Intercultural communicative competence means being able to establish trustful relationships in spite of differences in world-views, values and behaviour. In the intercultural field, this general approach is shared by most researchers, curriculum designers and trainers. Religion is undoubtedly an essential element of being a human and of human cultures. And if self-awareness is a first step towards respecting ‘otherness’, our personal / group-related / culture-based attitude towards our own and others’ religion(s) is worth being addressed in intercultural training concepts.

It may come as a surprise, then, that religion is rarely mentioned in the context of intercultural training. Exceptions exist, of course, such as training concepts developed for medical care students.

Experienced professionals know how important the interface between religion and culture can be. But to quote a recent article published by the Oxford Research Encyclopaedia of Communication, “the discourse about religion, culture, and communication is still in its infancy, though it continues to grow at a steady pace”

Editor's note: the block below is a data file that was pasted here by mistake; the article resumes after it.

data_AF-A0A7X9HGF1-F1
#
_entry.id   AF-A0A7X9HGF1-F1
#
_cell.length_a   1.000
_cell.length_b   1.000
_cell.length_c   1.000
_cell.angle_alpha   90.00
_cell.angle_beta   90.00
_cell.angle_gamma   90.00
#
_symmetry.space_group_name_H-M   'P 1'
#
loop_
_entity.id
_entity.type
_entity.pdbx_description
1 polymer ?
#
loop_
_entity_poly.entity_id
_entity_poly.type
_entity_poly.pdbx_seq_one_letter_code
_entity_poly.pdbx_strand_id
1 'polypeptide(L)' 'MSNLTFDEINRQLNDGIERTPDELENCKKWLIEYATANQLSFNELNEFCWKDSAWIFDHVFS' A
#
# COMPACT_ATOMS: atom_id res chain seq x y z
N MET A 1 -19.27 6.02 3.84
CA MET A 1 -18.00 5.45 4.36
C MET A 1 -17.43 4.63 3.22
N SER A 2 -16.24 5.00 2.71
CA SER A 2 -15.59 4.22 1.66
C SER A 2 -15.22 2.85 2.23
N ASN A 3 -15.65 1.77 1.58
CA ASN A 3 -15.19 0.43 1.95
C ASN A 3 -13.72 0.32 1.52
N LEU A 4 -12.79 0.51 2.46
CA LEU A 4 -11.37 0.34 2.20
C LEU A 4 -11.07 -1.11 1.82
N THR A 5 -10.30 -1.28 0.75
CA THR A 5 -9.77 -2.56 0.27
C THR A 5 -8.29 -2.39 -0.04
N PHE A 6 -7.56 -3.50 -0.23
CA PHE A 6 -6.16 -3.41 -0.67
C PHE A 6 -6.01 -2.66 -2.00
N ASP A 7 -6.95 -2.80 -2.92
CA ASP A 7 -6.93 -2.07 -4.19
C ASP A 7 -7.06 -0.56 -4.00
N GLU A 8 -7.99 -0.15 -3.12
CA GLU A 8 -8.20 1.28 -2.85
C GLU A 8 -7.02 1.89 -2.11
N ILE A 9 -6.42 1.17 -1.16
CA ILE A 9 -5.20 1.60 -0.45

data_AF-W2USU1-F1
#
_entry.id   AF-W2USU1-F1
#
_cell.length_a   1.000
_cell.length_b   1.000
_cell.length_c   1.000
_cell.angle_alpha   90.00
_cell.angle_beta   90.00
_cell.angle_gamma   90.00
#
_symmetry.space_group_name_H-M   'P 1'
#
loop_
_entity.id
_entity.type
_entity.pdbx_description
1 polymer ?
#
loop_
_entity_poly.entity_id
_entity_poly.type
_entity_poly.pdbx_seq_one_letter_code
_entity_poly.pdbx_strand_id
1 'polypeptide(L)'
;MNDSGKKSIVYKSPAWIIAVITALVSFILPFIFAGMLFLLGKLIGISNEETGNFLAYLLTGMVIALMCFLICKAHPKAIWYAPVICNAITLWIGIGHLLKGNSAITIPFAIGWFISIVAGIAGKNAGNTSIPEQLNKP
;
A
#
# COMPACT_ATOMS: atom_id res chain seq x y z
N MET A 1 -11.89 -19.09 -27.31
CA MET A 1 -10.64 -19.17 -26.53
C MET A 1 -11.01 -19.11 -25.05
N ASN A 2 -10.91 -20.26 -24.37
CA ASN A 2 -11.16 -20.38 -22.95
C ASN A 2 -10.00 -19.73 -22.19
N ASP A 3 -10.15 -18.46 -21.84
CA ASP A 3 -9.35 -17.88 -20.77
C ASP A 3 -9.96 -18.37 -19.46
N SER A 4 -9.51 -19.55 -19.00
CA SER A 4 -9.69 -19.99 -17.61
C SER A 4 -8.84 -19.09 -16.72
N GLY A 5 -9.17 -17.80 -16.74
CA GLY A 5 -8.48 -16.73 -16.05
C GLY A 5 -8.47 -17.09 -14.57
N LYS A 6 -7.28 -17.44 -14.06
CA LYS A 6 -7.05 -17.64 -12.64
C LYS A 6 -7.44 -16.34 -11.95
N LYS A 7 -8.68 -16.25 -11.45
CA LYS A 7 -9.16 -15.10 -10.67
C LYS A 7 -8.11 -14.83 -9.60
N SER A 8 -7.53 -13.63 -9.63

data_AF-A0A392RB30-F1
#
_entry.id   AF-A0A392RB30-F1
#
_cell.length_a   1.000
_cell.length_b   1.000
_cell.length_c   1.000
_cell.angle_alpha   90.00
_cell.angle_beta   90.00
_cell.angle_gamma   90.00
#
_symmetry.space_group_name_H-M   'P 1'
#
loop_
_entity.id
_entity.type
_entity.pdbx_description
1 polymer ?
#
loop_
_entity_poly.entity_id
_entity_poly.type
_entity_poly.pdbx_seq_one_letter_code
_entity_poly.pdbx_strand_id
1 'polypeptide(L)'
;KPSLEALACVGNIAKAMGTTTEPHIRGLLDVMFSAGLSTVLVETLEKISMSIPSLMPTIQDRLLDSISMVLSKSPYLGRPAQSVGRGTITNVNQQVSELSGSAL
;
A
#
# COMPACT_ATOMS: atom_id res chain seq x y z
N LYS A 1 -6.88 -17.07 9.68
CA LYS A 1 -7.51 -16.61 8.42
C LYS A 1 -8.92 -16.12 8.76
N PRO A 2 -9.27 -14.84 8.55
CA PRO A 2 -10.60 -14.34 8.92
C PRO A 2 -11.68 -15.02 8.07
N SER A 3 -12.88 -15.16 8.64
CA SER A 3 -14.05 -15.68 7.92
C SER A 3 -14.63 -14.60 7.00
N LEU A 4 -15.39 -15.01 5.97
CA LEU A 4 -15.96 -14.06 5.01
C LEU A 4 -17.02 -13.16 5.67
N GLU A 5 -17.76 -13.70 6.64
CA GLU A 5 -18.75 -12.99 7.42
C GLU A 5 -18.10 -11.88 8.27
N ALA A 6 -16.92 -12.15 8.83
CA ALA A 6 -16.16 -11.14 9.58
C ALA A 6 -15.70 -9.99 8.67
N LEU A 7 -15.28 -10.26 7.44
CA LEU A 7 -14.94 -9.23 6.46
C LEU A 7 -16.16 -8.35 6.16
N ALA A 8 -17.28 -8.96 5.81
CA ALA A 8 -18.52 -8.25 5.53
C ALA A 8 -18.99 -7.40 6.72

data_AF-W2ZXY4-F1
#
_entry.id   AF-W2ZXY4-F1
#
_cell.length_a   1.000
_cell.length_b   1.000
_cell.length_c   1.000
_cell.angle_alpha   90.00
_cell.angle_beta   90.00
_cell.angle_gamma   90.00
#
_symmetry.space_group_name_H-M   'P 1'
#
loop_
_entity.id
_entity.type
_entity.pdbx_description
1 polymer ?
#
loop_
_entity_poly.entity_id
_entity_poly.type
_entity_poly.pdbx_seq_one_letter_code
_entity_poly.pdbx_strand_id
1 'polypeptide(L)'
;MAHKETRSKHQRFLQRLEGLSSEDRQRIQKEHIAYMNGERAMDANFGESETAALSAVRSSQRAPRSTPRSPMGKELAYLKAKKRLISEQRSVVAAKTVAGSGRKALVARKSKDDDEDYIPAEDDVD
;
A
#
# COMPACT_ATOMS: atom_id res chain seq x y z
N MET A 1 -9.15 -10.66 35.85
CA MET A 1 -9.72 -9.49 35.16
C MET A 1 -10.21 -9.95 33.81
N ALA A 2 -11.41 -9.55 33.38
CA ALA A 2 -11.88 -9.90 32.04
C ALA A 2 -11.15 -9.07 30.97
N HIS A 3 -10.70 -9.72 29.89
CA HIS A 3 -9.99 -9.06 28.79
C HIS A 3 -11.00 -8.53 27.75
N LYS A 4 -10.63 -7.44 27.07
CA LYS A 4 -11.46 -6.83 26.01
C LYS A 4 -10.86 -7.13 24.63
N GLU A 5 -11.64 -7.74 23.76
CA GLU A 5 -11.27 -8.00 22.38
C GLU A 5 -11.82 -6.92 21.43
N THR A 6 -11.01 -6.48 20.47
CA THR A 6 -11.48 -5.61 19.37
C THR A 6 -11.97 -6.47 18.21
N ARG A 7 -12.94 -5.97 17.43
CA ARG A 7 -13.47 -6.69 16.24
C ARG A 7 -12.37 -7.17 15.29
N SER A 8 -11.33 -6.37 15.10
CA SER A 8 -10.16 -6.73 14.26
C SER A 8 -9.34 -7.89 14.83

To read the full article by Stephen M. Croucher, Cheng Zeng, Diyako Rahmani, Mélodine Sommier (2017). Religion, Culture, and Communication

Di Rudolf Camerer

Rudi Camerer comes from language testing and, today, directs a language and intercultural consultancy, elc-European Language Competence, Frankfurt/M. & Saarbrücken, Germany. He is the author of a number of publications on the teaching and testing of intercultural competence and, with Judith Mader, co-authored Intercultural Competence in Business English (Cornelsen 2012). Dirige ELC European Language Competence, una società di consulenza linguistica ed interculturale con sede a Francoforte e a Saarbruecken, in Germania. Ha un back ground di valutazione della competenza linguistica. E’ autore di diverse pubblicazioni sulll’insegnamento e la valutazione della competenza interculturale, e con Judith Mader ha scritto “Intercutural Competence in Business Engish” (Cornelsen 2012).